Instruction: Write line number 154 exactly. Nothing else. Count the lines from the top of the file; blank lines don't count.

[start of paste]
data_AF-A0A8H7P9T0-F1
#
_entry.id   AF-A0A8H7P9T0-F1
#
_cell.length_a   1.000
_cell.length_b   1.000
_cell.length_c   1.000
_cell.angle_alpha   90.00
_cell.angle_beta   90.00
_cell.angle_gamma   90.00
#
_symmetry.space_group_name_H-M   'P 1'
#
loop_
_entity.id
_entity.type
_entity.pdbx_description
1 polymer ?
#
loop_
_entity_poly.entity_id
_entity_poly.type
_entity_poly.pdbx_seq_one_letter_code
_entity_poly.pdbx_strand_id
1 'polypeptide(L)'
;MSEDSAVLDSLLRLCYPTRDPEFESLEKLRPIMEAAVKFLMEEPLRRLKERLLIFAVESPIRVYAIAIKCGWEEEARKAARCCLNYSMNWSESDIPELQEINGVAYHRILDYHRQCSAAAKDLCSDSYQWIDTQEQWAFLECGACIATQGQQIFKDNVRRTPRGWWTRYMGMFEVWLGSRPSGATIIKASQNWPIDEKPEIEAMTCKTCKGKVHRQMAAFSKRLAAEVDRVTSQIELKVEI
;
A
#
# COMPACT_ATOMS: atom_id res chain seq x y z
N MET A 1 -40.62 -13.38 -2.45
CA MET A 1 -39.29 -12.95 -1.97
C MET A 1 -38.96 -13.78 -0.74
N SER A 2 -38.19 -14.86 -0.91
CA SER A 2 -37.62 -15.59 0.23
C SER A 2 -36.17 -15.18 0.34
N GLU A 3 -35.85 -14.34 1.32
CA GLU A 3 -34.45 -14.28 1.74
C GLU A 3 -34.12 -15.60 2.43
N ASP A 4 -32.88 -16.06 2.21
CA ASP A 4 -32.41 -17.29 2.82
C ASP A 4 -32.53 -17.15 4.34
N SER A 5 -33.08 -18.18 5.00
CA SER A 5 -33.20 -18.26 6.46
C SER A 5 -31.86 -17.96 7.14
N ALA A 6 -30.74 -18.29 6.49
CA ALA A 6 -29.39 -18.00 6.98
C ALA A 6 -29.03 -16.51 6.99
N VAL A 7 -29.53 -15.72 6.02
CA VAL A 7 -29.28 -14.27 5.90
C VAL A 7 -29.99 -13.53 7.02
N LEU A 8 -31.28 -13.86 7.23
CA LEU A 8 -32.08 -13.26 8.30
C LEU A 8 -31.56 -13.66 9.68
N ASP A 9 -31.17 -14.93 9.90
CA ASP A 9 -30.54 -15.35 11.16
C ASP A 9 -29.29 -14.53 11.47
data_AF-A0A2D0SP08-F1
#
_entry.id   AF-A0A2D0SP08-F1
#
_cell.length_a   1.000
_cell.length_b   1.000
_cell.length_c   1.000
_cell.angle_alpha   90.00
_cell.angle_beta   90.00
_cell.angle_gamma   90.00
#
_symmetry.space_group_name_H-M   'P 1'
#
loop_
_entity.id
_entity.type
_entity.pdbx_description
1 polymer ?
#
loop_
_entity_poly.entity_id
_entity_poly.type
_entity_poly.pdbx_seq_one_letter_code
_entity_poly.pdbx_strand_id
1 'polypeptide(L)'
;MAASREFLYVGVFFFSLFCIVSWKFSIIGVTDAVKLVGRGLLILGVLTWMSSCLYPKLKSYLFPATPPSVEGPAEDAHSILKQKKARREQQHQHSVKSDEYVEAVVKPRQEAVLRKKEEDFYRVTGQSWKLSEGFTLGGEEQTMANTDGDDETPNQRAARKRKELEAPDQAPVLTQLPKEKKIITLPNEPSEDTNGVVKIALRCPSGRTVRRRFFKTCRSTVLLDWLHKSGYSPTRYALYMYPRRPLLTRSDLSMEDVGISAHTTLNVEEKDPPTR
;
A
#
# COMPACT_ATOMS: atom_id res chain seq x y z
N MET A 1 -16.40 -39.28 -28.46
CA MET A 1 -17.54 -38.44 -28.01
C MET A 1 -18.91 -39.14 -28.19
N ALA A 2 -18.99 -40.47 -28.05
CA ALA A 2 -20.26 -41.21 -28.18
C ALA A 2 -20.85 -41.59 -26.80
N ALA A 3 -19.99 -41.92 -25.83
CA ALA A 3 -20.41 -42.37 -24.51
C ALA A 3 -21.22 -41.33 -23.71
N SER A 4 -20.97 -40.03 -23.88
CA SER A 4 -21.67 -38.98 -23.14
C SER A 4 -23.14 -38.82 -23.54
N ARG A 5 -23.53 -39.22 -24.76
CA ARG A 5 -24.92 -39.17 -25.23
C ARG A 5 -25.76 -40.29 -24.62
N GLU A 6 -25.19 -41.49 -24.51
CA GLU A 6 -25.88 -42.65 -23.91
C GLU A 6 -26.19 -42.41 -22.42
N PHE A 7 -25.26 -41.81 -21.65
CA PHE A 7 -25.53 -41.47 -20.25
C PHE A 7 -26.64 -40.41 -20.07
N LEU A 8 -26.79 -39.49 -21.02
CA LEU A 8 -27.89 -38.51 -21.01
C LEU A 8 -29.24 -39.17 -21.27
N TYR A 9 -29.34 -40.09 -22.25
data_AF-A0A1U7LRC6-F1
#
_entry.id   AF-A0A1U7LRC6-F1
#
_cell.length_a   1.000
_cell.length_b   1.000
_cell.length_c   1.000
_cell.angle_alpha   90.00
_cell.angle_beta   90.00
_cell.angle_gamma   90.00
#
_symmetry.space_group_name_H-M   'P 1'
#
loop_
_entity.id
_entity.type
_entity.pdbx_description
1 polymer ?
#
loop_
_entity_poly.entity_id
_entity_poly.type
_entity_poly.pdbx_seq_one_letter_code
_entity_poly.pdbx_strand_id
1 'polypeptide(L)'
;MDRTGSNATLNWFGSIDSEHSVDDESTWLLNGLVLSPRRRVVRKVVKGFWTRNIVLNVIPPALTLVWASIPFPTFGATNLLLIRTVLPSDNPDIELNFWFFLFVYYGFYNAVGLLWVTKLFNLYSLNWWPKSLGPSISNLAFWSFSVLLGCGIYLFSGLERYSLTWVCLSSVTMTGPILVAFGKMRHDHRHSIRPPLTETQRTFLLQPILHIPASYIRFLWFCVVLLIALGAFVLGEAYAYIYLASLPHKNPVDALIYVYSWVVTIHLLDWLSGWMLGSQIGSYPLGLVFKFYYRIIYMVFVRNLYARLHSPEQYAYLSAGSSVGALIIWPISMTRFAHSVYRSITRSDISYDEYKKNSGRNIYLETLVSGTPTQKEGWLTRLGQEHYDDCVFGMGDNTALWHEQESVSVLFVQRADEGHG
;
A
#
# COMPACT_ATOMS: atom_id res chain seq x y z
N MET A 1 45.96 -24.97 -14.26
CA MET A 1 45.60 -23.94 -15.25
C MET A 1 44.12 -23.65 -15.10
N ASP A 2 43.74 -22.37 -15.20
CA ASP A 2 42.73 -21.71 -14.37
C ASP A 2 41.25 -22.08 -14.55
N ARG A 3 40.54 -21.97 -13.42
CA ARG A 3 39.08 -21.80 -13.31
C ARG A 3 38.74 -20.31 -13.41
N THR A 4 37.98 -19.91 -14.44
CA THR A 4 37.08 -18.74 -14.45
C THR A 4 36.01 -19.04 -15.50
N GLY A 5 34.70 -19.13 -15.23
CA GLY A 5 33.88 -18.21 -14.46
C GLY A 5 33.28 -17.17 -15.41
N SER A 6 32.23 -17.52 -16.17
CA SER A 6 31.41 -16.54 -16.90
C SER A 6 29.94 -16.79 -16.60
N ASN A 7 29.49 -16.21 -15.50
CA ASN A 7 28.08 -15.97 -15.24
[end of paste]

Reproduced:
C THR A 4 36.01 -19.04 -15.50